Readers familiar with the series will quickly recognise the repetition of the approaches and themes that Smith has adopted in the other two novels so far: there are literary allusions to Shakespeare plays and Dickens novels, to which Smith here add some TS Eliot and some Shelley; there is again a love of Charlie Chaplin brought to the characters inhabiting each novel by one who figures in them all; there are stunning word plays (Andy Hoffnung is a TV play of Richard’s and Paddy’s about the Holocaust while an die Hoffnung (‘dedicated to hope’) is the theme uniting the two stories (vivunt spe) as well as allowing the ghost of fascism to unite the history and the contemporary); the Auld Alliance is the name not just of a B&B in Kingussie but a historic way of France and Scotland dealing with growing over-mighty English nationalism as well as the name of an essential character (while Kingussie itself is a word play); a woman artist (here, Tacita Dean) acts as a prompt for reflections on the contribution of art and artists in helping us interpret and understand our society and whose work underpins one of the themes of the novel (clouds); there is a vignette of an encounter with jobsworth officialdom in the guise of transport police (here not as comical as in the set-piece counters in the previous two volumes, and briefer, but amusing nonetheless); and there is repeated interest in the ability of outsiders to engage in word play and promote the use of language rather better than domestic characters, with an interesting comment on relationships at a time when Britain is re-examining its own relationships with Europe and the rest of the world.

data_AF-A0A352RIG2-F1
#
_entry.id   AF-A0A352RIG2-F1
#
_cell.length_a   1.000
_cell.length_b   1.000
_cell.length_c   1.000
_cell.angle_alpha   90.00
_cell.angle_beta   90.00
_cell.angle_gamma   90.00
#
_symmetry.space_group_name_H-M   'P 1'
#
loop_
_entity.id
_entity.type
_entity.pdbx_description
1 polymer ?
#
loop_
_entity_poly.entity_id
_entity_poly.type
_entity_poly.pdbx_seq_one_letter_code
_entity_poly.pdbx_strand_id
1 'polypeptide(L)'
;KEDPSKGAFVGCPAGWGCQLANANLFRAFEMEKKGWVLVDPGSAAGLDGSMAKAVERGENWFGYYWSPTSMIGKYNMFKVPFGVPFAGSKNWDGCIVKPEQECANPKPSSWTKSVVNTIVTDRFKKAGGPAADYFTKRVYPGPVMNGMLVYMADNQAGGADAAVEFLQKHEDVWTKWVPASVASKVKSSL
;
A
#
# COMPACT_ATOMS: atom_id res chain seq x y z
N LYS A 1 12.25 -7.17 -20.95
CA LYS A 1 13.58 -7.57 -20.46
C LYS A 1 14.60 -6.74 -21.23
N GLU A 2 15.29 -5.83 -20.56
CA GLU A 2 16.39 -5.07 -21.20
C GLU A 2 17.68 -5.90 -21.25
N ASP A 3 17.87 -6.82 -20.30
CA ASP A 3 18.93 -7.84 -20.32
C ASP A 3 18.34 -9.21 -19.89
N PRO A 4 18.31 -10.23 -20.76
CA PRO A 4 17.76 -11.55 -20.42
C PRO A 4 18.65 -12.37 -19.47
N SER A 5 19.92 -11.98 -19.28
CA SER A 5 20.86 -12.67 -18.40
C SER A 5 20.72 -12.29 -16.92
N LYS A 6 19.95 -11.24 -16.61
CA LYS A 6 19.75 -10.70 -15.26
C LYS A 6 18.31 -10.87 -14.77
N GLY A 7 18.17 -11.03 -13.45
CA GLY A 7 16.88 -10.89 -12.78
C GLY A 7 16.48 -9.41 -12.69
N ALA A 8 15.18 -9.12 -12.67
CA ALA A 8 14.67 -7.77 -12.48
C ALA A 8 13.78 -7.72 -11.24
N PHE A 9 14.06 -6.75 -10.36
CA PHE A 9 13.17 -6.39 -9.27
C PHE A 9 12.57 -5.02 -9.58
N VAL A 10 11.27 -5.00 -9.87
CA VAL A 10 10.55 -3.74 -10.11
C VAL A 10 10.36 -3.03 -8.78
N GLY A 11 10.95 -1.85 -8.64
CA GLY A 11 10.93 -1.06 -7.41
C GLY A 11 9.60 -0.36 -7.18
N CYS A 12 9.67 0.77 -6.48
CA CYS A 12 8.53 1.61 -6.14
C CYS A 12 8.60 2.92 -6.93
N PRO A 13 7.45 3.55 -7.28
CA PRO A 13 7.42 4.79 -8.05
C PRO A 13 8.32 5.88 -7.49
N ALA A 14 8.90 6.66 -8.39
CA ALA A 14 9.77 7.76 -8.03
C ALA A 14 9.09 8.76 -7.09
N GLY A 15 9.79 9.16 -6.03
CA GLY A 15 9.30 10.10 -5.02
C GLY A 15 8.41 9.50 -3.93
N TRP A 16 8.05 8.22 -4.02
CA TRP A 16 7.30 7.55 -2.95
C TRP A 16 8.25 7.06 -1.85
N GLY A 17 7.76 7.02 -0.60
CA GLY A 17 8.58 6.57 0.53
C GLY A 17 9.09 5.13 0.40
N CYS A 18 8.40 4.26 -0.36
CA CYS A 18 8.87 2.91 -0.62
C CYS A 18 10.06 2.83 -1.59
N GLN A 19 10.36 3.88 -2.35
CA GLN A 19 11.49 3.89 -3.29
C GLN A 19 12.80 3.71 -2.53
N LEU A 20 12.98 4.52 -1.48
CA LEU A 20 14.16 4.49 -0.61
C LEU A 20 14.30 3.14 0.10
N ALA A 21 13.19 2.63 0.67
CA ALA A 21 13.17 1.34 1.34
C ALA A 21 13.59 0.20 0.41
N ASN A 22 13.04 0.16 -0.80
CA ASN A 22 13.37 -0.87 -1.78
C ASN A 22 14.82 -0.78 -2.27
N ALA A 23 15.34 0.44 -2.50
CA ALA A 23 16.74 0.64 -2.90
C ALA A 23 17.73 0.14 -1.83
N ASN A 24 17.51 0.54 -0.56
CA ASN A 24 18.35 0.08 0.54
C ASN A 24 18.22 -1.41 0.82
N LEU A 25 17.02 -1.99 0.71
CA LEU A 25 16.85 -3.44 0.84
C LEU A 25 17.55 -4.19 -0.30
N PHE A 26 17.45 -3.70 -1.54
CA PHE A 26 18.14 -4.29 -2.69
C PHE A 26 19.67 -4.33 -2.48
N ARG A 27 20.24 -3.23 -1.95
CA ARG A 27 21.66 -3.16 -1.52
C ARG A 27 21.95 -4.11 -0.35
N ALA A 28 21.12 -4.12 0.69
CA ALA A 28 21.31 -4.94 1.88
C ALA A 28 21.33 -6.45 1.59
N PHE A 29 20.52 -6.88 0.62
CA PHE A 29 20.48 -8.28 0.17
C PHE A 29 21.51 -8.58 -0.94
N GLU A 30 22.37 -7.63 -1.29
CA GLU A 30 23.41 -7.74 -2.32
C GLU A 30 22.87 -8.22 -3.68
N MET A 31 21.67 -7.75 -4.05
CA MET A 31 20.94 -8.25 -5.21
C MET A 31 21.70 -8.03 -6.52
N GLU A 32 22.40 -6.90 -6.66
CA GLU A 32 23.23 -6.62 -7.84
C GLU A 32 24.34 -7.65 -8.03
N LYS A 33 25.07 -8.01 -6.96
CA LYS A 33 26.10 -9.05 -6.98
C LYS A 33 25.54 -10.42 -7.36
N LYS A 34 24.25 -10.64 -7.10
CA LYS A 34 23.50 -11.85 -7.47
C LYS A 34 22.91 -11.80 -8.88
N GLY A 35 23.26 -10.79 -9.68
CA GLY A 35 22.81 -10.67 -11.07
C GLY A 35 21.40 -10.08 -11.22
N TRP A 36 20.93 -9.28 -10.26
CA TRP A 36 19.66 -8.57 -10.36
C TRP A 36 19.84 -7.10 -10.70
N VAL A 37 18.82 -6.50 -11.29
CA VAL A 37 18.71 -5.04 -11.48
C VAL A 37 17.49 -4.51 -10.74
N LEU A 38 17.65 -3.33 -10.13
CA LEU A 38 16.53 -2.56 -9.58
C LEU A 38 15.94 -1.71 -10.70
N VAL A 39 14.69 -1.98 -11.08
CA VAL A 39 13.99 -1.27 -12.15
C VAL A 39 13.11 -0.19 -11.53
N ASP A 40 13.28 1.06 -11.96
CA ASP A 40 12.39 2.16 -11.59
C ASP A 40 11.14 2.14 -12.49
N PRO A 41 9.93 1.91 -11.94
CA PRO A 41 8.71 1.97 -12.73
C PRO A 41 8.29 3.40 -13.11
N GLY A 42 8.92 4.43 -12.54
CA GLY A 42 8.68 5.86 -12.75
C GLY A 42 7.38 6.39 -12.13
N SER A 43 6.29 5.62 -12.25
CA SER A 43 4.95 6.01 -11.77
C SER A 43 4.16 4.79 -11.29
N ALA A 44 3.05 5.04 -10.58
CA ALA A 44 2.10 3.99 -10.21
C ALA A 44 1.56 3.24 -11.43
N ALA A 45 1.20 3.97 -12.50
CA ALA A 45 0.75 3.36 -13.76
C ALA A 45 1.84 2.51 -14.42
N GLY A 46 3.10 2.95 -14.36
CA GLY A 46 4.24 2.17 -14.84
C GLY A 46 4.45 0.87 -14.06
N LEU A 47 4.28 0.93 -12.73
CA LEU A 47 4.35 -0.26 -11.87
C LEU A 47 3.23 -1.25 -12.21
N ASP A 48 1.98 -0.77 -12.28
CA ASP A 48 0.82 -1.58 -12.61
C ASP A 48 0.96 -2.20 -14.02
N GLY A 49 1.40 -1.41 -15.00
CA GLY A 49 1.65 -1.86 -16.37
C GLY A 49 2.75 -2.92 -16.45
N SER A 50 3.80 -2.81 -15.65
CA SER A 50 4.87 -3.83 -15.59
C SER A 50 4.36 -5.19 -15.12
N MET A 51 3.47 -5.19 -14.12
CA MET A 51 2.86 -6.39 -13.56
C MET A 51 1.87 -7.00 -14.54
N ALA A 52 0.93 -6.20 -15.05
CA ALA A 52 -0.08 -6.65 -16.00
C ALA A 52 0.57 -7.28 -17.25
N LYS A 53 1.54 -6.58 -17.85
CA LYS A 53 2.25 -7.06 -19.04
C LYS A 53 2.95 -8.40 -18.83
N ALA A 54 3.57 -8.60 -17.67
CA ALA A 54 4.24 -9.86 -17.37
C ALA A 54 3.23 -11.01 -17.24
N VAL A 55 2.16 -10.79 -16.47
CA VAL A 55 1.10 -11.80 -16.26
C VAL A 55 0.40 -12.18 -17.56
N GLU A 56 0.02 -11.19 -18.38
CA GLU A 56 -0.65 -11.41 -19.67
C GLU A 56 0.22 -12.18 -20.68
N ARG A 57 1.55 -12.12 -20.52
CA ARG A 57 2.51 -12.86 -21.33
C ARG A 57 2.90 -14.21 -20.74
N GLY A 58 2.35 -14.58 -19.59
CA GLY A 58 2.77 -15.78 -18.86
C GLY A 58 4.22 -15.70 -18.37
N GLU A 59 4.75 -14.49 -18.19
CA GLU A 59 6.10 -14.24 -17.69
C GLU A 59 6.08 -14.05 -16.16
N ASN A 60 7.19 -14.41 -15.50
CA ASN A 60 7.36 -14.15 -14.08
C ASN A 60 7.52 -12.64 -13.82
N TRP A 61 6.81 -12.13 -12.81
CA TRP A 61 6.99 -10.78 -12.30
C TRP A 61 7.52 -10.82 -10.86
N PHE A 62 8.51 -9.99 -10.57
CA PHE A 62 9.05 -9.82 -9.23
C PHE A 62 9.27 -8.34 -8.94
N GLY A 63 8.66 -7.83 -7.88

The railway is both an actual thing in itself, carrying the characters to their destination, as well as a metaphor for something happening in the novel. Postcards – scenes in and out of life – are again a key prompt for the action. And, of course, the shadowy SA4A organisation again makes an appearance – here rather more overtly than hitherto since it runs the IRC in which Brittany works (and in which the corruption of her own innocence against her better nature by becoming a part of the ‘machine’) is a source of shame just as much as IRCs are themselves). Furthermore, jokey references to contemporary slogans of political life not only convey significances which drip with meaning and with acerbic, mocking humour, they also call to mind that this is Smith’s own latterday version of Dickens’s ability to write quickly, in serialisation form for immediate publication, with both acting as chronicler and social and moral critic of the injustices of the times in which they live. It is no accident that Smith draws heavily here on her own work with refugees.